About this artwork

Although long considered to be by Jacopo Bassano, the composition and handling of this fine portrait link it closely to the Tintoretto workshop. It probably dates from about 1580. The arrangement with the curtain, grandiose column and base, and the cloth-covered table with a crucifix and a folded letter, finds particularly close parallels in the work of Domenico Tintoretto, the son of Jacopo. Purchased in Genoa in 1830 by the Scottish painter and dealer Andrew Wilson, this portrait was part of one of the earliest batches of Old Master paintings acquired by the Royal Institution in Edinburgh, which formed part of the founding collection of the National Gallery of Scotland.

  • title:
    Portrait of a Gentleman
  • accession number:
    NG 3
  • artist:
    Unknown
  • follower of:
  • gallery:
  • object type:
  • materials:
    Oil on canvas
  • date created:
    About 1580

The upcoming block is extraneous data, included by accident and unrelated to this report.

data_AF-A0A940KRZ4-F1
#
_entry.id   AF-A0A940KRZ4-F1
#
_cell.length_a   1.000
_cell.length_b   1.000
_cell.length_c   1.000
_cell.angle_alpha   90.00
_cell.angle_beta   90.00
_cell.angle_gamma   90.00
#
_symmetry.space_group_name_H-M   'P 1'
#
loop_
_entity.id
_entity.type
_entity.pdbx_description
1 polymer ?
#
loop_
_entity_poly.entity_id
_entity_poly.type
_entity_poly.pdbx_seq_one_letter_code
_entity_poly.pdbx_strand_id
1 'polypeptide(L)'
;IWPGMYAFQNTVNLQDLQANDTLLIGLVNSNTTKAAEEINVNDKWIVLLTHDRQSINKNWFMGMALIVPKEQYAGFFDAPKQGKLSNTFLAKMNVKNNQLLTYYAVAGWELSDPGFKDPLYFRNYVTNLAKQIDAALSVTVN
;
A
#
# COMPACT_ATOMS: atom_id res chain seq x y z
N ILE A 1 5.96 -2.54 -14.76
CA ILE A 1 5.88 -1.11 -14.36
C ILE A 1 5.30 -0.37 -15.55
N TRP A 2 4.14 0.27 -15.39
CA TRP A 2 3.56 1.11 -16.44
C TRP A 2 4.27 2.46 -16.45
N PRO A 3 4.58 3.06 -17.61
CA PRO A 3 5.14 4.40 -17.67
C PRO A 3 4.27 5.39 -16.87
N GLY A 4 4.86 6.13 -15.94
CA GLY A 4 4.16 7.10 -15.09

• measurements:
    127.00 x 98.00 cm (framed: 149.70 x 122.80 x 12.00 cm)
  • credit line:
    Purchased by the RI 1830; transferred 1859
  • photographer:
    Antonia Reeve

Tintoretto

Tintoretto

Jacopo Robusti was nicknamed Tintoretto 'little dyer' after his father who was a cloth dyer. He became one of the most prolific artists in Venice, specialising in large-scale religious narrative scenes, altarpieces, mythological subjects and portraits. His striking compositions often defied convention through exaggerated perspective and bold foreshortening of figures, and his quick work was sometimes criticized for its lack of finish. He may have trained with Titian for a short time. Tintoretto ran his busy workshop as a family business employing two sons and a daughter.